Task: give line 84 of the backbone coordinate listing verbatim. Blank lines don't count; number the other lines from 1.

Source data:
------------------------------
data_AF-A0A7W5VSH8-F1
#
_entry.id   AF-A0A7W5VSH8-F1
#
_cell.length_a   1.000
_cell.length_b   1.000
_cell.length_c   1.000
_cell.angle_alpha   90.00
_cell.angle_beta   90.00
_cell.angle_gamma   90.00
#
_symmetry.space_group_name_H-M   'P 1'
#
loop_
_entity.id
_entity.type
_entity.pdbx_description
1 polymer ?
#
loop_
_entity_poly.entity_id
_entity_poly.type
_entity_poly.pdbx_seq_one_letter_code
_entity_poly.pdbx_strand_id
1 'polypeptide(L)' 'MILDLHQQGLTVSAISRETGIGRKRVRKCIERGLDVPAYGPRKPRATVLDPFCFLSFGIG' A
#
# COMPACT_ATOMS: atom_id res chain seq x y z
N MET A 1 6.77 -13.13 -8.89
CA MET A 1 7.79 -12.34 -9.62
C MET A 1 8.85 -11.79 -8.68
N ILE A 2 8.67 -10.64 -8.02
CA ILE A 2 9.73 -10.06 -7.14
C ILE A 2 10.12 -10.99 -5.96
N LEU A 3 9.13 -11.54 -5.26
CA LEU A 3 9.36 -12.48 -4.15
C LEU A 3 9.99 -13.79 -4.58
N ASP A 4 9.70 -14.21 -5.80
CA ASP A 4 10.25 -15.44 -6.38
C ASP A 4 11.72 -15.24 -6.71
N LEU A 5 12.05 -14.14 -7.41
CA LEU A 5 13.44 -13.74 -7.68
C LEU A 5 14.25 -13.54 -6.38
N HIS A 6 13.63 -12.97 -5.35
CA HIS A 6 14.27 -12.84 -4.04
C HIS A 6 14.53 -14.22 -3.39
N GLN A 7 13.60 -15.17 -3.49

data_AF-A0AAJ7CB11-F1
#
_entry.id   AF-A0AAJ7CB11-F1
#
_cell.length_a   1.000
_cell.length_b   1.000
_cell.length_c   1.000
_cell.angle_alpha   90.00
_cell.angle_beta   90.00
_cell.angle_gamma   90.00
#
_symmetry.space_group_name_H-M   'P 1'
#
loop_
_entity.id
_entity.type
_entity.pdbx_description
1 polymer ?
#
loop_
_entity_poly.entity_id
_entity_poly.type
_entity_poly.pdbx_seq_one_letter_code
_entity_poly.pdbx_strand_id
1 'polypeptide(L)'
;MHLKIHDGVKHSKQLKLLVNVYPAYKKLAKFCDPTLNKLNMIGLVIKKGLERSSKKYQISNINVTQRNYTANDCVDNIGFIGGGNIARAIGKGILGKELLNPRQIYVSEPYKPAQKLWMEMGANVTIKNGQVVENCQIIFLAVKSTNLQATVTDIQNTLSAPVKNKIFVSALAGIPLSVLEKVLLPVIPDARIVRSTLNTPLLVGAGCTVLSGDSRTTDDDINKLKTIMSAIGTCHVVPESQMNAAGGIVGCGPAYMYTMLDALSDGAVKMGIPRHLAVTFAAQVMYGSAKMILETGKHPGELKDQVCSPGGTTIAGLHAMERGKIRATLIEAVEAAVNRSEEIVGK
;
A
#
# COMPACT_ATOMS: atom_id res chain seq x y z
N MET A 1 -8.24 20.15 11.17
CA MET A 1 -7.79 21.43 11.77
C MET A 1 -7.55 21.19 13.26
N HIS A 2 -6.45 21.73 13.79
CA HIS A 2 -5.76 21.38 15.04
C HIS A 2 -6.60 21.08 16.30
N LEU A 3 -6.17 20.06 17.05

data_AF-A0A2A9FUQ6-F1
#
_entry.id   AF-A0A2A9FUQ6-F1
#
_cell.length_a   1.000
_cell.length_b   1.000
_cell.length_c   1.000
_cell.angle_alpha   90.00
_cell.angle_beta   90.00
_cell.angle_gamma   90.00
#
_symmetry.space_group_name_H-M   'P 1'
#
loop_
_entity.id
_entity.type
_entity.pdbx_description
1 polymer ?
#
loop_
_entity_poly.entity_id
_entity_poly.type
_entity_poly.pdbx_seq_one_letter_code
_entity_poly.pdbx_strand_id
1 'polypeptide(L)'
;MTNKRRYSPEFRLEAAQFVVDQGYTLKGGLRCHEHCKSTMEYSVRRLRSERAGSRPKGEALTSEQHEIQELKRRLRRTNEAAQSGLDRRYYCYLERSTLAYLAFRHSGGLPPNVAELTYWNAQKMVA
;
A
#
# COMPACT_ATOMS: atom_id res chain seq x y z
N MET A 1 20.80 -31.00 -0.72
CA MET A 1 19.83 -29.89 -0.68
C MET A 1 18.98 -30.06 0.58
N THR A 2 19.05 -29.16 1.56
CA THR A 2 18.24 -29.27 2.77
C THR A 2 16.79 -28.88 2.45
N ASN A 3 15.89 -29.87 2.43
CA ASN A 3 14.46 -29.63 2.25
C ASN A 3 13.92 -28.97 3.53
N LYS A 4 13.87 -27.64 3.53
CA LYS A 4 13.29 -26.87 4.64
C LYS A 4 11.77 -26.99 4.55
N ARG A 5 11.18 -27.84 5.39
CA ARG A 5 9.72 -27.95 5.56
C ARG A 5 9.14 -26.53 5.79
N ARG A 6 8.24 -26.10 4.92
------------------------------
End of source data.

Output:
data_AF-A0A2A9FUQ6-F1